Again, bad studies
Okay, so the study on religion and societies ills (my entry here) is hardly to most outstanding item of scholarship. I hear you, Jill.
Instead, let's look at it this way...
Posted by duver001 at September 29, 2005 3:35 PM
- The US leads the industrialized world in teen pregnancy, child mortality, inequality of income, foolishness of our elected leaders, and violence.
- The US also leads the industrialized world in religiousness, in the fraction of people who claim to lead a religiously ethical life, and the fraction who claim to make their lives a "shining example" of such choices.
- There is a disconnect between these facts.
- There might be some correlation between them, that is, perhaps, religion is not a useful/positive trait at some point in a society or culture's development. Or what people think is "religion" is something perverted to serve the upper-class, or similar.
- There might not be a correlation between them, that is, the two are either wholly independent, or are caused by some further underlying cause. Let's look at those possibilities:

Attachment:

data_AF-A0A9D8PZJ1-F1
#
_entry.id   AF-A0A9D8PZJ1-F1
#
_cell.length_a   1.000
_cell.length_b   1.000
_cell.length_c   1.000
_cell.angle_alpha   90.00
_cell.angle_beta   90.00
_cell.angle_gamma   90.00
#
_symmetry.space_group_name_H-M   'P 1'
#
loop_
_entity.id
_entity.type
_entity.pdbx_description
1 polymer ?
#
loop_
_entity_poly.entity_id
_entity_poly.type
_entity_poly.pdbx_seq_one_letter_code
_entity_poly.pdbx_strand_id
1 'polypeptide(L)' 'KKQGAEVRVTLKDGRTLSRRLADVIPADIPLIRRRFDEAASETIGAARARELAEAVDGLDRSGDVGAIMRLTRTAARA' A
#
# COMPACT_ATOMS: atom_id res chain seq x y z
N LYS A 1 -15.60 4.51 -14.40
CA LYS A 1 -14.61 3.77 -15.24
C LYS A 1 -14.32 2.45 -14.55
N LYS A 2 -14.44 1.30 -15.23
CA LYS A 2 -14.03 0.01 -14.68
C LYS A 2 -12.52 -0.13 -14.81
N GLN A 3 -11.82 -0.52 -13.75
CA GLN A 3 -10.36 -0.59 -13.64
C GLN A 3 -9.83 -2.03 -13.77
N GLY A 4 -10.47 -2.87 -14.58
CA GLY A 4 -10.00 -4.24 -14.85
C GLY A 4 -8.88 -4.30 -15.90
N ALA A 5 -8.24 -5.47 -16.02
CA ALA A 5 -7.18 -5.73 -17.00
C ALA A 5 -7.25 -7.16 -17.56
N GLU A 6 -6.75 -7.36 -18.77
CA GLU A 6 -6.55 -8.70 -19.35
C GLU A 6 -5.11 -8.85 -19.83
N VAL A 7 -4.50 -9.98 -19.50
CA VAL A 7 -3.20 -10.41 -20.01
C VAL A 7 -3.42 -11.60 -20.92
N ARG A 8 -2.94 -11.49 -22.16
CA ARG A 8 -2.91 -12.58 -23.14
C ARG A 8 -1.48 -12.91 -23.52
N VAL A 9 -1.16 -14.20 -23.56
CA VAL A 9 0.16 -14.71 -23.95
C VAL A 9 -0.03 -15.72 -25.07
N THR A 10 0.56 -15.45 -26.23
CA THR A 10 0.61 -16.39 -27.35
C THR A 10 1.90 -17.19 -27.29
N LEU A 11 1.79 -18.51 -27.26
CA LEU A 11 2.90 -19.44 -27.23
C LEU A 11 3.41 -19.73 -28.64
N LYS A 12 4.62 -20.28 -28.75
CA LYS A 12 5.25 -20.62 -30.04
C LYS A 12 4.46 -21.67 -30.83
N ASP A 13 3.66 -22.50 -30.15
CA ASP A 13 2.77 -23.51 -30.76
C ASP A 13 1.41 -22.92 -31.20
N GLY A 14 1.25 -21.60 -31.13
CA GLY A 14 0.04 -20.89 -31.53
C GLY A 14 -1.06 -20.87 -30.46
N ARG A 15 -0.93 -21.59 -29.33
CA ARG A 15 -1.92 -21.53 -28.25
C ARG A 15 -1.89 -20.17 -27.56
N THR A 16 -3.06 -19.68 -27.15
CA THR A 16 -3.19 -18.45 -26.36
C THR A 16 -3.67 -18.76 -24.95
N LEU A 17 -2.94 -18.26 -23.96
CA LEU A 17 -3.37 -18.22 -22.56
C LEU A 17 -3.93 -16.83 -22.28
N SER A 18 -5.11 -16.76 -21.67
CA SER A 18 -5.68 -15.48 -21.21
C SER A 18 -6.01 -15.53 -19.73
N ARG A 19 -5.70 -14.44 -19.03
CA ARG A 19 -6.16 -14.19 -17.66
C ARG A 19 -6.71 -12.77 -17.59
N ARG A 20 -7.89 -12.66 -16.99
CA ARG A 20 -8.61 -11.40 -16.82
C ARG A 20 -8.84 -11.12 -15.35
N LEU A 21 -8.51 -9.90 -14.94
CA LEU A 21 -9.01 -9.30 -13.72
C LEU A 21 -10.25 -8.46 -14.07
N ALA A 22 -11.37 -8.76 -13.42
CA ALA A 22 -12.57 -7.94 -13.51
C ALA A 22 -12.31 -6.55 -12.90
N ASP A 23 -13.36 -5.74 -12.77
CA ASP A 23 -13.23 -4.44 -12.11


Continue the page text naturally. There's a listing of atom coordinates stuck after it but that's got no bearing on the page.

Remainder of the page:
- Independent...hmmm...okay, I suppose that leaves us with the null result. The US is highly religious and highly messed up, but they're not connected at all. Could be true, but looking at what the "religious right" wants, or how tightly the religious impulses of the US tie to policy (just think of teen pregnancy, religious groups push "just say no" which certainly could have a different effect than "just say safe sex"), it doesn't feel reasonable.
- Underlying cause. Okay, there's a lot of theory can go into here. Those in power use religion to hold onto power. People aren't genuinely religious, but are hooked instead to the power dynamic. Or a Marxist take. The ruling class still has more power in the US, therefore they keep the population drugged with theology. Or any number of other theories.
- This study/paper implies a strong connection between religion and social ills. Though the methodology isn't so hot, can we rule out the conclusion? I'm not sure. We might be able to, perhaps even by a statistical arguement. The US is an extreme outrider on ALL of the distributions. Maybe there's evidence for an additional variable?